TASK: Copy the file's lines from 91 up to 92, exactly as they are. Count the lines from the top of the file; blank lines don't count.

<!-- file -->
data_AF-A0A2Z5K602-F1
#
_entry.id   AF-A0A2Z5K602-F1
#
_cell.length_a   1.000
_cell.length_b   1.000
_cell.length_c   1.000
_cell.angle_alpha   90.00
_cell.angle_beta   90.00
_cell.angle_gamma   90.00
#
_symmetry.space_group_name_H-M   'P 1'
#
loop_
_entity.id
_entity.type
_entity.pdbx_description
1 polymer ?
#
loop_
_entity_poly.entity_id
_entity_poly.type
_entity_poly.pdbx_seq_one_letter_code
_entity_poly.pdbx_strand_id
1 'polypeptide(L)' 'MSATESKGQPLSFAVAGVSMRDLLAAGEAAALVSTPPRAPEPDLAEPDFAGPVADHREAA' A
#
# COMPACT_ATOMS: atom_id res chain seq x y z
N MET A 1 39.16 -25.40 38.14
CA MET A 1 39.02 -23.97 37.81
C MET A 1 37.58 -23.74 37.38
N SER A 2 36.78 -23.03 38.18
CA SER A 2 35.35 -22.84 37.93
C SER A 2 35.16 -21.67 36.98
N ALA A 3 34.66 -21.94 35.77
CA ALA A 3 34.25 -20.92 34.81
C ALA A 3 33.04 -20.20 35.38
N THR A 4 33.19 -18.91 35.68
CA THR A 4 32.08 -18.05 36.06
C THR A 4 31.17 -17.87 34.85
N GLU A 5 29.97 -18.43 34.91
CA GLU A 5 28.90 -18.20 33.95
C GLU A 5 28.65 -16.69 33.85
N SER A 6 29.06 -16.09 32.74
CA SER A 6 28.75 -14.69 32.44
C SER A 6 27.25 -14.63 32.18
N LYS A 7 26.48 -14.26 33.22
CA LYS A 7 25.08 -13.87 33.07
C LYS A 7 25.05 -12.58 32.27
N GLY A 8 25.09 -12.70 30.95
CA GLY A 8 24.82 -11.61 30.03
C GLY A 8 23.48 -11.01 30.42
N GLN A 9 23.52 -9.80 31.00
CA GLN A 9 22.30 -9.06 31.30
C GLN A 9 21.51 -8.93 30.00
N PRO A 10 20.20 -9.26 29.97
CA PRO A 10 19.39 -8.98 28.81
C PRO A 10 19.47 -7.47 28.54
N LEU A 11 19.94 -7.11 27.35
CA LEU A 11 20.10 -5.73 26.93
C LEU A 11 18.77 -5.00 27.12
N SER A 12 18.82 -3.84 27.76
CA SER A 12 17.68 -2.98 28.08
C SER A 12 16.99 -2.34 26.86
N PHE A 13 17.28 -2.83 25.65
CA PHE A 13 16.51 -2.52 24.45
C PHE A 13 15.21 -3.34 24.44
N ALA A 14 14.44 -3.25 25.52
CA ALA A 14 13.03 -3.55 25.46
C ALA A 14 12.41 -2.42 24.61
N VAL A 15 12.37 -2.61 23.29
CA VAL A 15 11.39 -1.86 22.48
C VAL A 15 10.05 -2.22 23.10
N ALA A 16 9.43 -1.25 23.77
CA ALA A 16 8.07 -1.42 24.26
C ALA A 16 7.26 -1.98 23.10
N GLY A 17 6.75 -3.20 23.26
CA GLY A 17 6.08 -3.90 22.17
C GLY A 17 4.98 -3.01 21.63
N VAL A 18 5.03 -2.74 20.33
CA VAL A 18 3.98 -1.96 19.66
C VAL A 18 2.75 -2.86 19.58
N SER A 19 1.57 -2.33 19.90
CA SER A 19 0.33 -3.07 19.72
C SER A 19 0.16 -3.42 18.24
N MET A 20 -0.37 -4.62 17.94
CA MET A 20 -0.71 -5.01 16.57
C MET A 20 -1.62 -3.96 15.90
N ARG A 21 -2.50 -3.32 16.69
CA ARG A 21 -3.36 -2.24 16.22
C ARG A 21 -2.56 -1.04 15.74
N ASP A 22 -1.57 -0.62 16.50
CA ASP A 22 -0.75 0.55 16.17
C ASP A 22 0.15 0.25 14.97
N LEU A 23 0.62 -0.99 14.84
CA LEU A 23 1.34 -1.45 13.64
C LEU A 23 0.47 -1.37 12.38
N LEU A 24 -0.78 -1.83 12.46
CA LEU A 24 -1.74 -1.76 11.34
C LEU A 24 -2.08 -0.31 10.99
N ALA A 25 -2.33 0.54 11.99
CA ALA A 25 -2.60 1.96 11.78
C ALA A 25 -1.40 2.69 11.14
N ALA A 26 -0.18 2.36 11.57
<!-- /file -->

N ASP A 22 -1.57 -0.62 16.50
CA ASP A 22 -0.75 0.55 16.17